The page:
Journal of ISSN: 2373-4345JDHODT

Dental Health, Oral Disorders & Therapy
Case Report
Volume 6 Issue 2 - 2017
Mandibular Myxoma
Felipe Kornecki Radzinski*
Department of Dentistry, University of Eastern Republic of Uruguay, Uruguay
Received: September 20, 2016 | Published: January 26, 2016
*Corresponding author: Felipe Kornecki Radzinski, Department of Dentistry, University of Eastern Republic of Uruguay, Uruguay, Email:
Citation: Radzinski FK (2017) Mandibular Myxoma. J Dent Health Oral Disord Ther 6(2): 00193. DOI: 10.15406/jdhodt.2017.06.00193

Abstract

The mandibular odontogenic myxoma is a tumor of mesenchymal origin. Represents 0.5 to 17.7 per cent of odontogenic tumors in different series and the 3rd in frecuency. It is a histologically benign but locally aggressive and prone to tumor recurrence, which determines treatment. We report 2 cases one case is a 33 years patient and the second one is 60 years patient both diagnosed with mandibular myxoma surgically treated with segmental mandibulectomy with safety margins and immediately reconstruction with titanium plate 2.0 and 2.4.

Keywords: Odontogenic myxoma; Mandibular reconstruction

Introduction

Myxoma is a benign but locally aggressive and very relapsing tumor that affects the connective tissue. It can be located in both soft tissues and bone and although it can be found in different areas of head and neck it’s most frequent presentation is in the jaws, where it is called Odontogenic Myxoma. Its most usual presentation is in the posterior mandibular sector. The most common age of presentation is the third decade of life, being less frequent in children and over 50 [1-11]. It is a slow-growing tumor that can reach a considerable size many times without producing any symptomatology. Some authors describe paraesthesia and pain. As its size increases it expands the cortical bone and can cause tooth dislocations, altering the occlusion [8]. Embryologically derived from the mesenchymal portions of the dental germ, papilla, follicle, periodontal ligament. It is the third odontogenic tumor in frequency after Odontoma and Ameloblastoma. In its anatomy pathology presents fusiform cells in a myxoid stroma. As it is a tumor devoid of capsule, it has the potential capacity to penetrate the trabecular spaces, to cause the destruction of the cortical bone and to perforate and to invade the adjacent soft tissues. This ability to invade the bone is accompanied by a high rate of relapses. The majority of the authors agree that the correct treatment is radical resection with radiological safety margins of at least 0.5-1cm.

Clinical Cases

First clinical case

It is a patient of 33 years, with no personal history to emphasize that he consulted his dentist in 2006 for presenting a swelling in the lower right area. The clinical and radiological diagnosis of the inferior third molar 4.8 is made retained with an associated radiolucent lesion. The dentist indicates the extraction. The patient does not know the indication (Figure 1). In 2007, a year later, he visits his dentist again, and the latter requests a new orthopantomography, where an increase in size of the radiolucent area is observed distal to the third molar. The increase in size of the radiolucent area is from distal to the 3rd to the base of the mandibular condyle and the coronoid process. There is a need for a biopsy (Figure 2). A biopsy is performed in 2007 and the pathological anatomy confirms the diagnosis of Mandibular Odontogenic Myxoma. Routine preoperative examinations are requested and a CT scan is ordered (Figure 3).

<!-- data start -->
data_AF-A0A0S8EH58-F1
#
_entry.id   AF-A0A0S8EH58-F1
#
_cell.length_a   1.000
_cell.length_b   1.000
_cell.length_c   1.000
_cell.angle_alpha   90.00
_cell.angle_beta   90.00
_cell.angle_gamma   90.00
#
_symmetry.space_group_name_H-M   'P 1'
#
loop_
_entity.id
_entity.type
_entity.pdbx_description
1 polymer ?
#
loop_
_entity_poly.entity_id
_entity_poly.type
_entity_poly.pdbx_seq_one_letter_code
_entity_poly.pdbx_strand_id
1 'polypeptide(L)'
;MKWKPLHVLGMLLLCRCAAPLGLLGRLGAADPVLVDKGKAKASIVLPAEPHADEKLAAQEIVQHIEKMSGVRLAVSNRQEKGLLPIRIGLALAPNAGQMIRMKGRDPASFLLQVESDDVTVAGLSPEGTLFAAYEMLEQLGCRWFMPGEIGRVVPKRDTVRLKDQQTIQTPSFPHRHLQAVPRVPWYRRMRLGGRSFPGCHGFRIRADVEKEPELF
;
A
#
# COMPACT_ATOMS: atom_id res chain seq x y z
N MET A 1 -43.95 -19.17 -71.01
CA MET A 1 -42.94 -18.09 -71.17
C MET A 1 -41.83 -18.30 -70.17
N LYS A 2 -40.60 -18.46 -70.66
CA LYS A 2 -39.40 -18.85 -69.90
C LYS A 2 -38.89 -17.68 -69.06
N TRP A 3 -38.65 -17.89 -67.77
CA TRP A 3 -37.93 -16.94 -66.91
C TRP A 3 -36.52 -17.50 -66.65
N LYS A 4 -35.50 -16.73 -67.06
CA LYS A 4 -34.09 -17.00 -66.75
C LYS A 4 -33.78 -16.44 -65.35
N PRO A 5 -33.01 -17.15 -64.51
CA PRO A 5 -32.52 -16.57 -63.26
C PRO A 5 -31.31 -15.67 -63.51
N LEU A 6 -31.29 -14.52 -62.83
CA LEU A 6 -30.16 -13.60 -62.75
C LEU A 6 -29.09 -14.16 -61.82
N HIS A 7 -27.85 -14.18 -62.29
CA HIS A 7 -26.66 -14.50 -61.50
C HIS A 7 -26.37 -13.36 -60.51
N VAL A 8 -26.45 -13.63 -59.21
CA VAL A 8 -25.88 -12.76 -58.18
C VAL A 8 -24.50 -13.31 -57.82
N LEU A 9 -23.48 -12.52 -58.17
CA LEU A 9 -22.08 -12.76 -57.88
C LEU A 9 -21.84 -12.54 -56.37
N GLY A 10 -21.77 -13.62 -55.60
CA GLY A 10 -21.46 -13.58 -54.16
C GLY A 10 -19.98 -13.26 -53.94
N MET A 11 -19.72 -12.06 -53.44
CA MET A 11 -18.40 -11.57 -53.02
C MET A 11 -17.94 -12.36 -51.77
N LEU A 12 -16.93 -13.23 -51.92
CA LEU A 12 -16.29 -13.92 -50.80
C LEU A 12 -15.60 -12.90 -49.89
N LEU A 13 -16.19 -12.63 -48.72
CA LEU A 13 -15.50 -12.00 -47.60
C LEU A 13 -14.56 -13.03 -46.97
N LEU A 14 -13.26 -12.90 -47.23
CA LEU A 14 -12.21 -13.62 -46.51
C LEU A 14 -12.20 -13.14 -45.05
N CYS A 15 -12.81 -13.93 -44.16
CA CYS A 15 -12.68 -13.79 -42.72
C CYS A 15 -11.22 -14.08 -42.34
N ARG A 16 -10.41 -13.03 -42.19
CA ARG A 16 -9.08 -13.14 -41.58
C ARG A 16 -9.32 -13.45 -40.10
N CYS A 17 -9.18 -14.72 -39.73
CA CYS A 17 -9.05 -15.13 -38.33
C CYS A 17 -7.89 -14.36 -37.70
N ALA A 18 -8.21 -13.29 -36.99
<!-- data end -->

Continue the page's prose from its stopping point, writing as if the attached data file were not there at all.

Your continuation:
Figure 1: Radiolucent lesion associated with right 3rd molar.

Figure 2: Radiolucent area associated to the 3rd molar increased in size.

Figures 3: Computed tomography, frontal and horizontal cut.

Treatment plan

1st Surgery: Under general anesthesia and nasotracheal intubation, the internal field is performed and a pharyngeal packing is placed. Intermaxillary fixation is performed with intermaxillary fixation screws and 0.5mm wire.

The infiltration of the region with Mepivacaine at 2: Surgery is begun with an intraoral approach, with an incision that circumscribes 4.6 and 4.7 teeth per vestibular and lingual and ascends the anterior edge of the branch, taking into account the planned margins. Subperiosteal take-off is performed at level 44 and a safety margin of 1cm above the tumor is sought in the branch. By the intraoral approach the osteotomy with strawberry number 8 is started, under irrigation with physiological serum at the proximal and distal ends of the lesion. The extraoral approach is then performed in the mandibular sub-angle region and the mandible is accessed by blunt dissection, ligating the artery and facial vein, and preserving the mandibular nerve branch of the Facial. Before the end of the osteotomy the parallel reconstruction plates 2.3 are positioned and the position of the screws is defined with the screws after the mandibular resection is completed (Figure 4). The plates are removed and the osteotomy is continued until finished. The mandibular tumor is resected without disarticulation. The reconstruction is performed with 2 parallel plates 2.3 a closure is made by plans. The patient is controlled in the polyclinic of surgery and Traumatology Bucomaxilofacial of the SMI. The patient progresses favourably (Figure 5-7).

Figure 4: Parallel plates 2.3 in position, prior to mandibular resection.



Figure 5a-5c: Images of first surgery; A: Intermaxillary fixation; B: Operative part; C: Reconstruction plates in position.

Figure 6a-6d: Clinical control; 6a: patient in closed mouth occlusion; 6b: Control of the cervical approach; 6c and 6d: control of occlusion and facial midline.




Figure 7a-7d: Rx control and tomographic post operative of the first surgery.

2nd surgery: Computed tomography with reconstruction is requested in the 3 planes of the space. 3D (Figure 8a-8e & 9). Due to the extension of the lesion in the mesio-distal direction, a posterior iliac crest graft is taken, as the defect is greater than 7 cm. The iliac crest graft is taken by the Traumatologist. The graft is designed, and the traumatologist approaches it with the patient in the ventral decubitus, and once it is done, it performs the local hemostasis and closure by placing a suction drainage (Figure 10a-10d). The patient is placed in the dorsal decubitus position. The operated region is approached by the neck again, the graft is molded with strawberry under physiological serum, and it is adapted and fixed to the mandibular reconstruction plate of the first surgery (Figure 11). From a clinical and imaging point of view, the patient progresses favourably (Figure 12a, 12b).

Figure 8a-8e: Computed tomography with reconstruction is requested in the 3 planes of the space 3D.

Figure 9: Graft design.

Figure 10a: Implantation of posterior iliac crest graft.

Figure 10b: Particulate grafting.

Figure 10c: Carving of the graft.

Figure 10d: The posterior approach is sutured and a drain is placed.

Figure 11: Graft in position.


Figure 12a, 12b: Control of occlusion and collision to the neck.